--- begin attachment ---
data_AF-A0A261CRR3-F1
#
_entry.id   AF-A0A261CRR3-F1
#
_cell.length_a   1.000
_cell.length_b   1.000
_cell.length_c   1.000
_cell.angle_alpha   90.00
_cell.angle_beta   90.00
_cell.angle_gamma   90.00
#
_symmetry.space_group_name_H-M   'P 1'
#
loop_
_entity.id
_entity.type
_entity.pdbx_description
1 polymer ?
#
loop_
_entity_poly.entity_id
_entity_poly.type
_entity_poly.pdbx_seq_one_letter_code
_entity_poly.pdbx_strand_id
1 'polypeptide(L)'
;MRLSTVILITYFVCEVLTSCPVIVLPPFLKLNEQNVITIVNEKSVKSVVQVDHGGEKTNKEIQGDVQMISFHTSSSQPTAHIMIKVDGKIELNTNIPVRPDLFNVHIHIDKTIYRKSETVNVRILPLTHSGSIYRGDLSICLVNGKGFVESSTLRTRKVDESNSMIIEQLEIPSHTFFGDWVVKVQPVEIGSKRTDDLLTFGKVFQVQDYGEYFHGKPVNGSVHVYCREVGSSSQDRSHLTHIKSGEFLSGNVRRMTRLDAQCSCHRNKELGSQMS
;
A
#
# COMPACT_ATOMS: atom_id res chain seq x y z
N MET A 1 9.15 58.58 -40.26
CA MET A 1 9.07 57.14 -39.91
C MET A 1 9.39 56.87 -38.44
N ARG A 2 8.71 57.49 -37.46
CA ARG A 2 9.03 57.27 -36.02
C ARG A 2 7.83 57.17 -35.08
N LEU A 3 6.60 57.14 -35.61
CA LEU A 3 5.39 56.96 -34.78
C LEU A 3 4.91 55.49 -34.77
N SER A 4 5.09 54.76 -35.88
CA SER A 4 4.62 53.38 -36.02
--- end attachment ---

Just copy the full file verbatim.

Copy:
data_AF-A0A261CRR3-F1
#
_entry.id   AF-A0A261CRR3-F1
#
_cell.length_a   1.000
_cell.length_b   1.000
_cell.length_c   1.000
_cell.angle_alpha   90.00
_cell.angle_beta   90.00
_cell.angle_gamma   90.00
#
_symmetry.space_group_name_H-M   'P 1'
#
loop_
_entity.id
_entity.type
_entity.pdbx_description
1 polymer ?
#
loop_
_entity_poly.entity_id
_entity_poly.type
_entity_poly.pdbx_seq_one_letter_code
_entity_poly.pdbx_strand_id
1 'polypeptide(L)'
;MRLSTVILITYFVCEVLTSCPVIVLPPFLKLNEQNVITIVNEKSVKSVVQVDHGGEKTNKEIQGDVQMISFHTSSSQPTAHIMIKVDGKIELNTNIPVRPDLFNVHIHIDKTIYRKSETVNVRILPLTHSGSIYRGDLSICLVNGKGFVESSTLRTRKVDESNSMIIEQLEIPSHTFFGDWVVKVQPVEIGSKRTDDLLTFGKVFQVQDYGEYFHGKPVNGSVHVYCREVGSSSQDRSHLTHIKSGEFLSGNVRRMTRLDAQCSCHRNKELGSQMS
;
A
#
# COMPACT_ATOMS: atom_id res chain seq x y z
N MET A 1 9.15 58.58 -40.26
CA MET A 1 9.07 57.14 -39.91
C MET A 1 9.39 56.87 -38.44
N ARG A 2 8.71 57.49 -37.46
CA ARG A 2 9.03 57.27 -36.02
C ARG A 2 7.83 57.17 -35.08
N LEU A 3 6.60 57.14 -35.61
CA LEU A 3 5.39 56.96 -34.78
C LEU A 3 4.91 55.49 -34.77
N SER A 4 5.09 54.76 -35.88
CA SER A 4 4.62 53.38 -36.02